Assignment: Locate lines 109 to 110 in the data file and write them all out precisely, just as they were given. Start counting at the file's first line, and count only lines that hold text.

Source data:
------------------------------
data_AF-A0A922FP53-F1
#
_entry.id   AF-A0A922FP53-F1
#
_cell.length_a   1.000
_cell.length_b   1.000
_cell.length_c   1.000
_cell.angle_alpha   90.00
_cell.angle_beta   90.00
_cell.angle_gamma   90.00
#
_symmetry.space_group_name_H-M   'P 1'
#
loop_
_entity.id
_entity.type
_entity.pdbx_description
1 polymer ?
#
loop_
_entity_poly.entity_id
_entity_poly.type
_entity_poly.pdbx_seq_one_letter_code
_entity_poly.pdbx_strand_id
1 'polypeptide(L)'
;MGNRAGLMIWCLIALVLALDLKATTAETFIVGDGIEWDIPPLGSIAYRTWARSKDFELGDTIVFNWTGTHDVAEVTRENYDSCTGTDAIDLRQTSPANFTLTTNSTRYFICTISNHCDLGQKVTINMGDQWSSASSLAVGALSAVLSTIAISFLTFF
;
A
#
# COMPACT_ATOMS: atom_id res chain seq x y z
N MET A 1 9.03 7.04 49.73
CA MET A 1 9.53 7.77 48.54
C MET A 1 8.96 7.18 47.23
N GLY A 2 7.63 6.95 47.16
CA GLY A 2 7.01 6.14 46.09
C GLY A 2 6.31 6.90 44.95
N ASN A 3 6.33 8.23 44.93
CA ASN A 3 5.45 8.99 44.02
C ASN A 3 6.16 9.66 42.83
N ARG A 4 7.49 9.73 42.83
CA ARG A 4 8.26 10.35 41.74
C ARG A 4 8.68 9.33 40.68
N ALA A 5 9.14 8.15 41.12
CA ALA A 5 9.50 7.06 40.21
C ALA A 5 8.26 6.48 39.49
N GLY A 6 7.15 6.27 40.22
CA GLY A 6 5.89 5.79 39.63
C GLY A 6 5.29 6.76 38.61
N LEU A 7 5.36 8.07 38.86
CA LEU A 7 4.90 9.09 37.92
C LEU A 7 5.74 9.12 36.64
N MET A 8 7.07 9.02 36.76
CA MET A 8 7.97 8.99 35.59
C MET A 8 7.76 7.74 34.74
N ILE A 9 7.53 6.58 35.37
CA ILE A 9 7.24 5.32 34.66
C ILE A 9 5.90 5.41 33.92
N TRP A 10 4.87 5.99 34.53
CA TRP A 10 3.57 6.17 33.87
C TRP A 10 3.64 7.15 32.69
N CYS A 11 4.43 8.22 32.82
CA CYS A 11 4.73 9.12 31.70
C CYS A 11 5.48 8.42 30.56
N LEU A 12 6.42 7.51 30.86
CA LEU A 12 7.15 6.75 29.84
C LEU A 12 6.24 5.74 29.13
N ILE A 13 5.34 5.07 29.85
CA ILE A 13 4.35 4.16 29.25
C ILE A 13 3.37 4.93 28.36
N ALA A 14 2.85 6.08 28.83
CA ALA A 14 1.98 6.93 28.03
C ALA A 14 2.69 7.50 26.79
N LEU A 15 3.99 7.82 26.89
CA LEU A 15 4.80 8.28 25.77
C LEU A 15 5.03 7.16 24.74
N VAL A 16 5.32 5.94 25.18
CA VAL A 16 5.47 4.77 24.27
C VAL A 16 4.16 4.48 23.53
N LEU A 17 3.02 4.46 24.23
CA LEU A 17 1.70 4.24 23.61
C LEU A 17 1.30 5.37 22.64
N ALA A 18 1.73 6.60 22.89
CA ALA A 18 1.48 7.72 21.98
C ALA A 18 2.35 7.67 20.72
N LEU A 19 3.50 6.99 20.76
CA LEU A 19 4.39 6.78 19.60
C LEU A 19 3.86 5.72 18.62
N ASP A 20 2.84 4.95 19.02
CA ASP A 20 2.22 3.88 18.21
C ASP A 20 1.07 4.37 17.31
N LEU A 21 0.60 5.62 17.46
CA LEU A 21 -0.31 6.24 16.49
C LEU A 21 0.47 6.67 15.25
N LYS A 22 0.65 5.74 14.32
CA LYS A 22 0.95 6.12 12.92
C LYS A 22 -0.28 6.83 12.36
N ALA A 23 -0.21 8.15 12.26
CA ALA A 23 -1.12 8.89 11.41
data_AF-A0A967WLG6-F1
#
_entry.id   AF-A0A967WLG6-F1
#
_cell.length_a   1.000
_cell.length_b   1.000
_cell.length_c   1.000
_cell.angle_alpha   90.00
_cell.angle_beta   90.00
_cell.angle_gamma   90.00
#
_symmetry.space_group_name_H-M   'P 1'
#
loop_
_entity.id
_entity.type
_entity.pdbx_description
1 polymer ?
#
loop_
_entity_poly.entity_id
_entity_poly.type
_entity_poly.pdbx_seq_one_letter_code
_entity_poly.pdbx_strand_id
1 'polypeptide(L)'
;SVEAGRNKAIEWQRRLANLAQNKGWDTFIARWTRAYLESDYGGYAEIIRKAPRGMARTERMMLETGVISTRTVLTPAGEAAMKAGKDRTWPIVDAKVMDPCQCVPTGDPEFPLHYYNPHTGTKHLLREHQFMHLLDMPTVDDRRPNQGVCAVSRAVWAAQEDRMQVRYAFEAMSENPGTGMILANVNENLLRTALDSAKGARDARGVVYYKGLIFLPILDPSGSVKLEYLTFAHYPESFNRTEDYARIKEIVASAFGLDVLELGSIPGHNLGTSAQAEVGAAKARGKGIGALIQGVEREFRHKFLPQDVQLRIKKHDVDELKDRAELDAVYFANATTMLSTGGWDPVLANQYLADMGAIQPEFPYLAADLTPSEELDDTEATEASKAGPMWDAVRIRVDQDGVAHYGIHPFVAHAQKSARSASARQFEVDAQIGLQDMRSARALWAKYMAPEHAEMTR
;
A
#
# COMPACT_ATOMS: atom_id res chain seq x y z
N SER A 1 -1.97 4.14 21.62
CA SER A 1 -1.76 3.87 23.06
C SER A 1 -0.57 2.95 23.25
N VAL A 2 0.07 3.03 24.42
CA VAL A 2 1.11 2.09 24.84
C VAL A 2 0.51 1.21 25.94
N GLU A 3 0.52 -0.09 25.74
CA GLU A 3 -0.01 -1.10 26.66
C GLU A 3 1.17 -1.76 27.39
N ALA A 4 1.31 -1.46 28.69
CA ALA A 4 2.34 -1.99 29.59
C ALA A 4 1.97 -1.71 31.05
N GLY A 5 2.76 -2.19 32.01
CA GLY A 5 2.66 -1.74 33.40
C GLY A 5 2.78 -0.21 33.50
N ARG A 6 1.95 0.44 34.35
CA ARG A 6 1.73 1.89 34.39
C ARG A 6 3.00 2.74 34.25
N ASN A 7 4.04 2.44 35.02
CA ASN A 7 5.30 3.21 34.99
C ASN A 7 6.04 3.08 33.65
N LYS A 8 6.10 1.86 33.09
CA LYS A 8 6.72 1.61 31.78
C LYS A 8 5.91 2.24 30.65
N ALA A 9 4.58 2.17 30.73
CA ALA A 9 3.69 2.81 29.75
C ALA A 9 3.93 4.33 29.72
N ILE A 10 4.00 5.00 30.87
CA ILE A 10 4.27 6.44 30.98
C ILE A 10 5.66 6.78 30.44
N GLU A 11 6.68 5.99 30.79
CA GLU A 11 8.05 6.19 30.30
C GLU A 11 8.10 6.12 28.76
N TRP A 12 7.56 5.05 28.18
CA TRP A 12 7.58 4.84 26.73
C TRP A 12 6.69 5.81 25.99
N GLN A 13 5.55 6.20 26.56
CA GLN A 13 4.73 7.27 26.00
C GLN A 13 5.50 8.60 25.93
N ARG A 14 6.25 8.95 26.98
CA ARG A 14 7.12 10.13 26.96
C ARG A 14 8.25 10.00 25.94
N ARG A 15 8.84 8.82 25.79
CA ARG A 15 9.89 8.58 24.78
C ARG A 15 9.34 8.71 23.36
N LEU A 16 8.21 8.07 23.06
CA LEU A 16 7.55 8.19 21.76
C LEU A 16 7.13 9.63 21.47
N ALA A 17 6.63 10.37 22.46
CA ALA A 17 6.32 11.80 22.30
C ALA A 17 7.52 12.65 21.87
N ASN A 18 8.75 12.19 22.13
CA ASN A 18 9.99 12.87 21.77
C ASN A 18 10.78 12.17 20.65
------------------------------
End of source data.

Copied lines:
#
_symmetry.space_group_name_H-M   'P 1'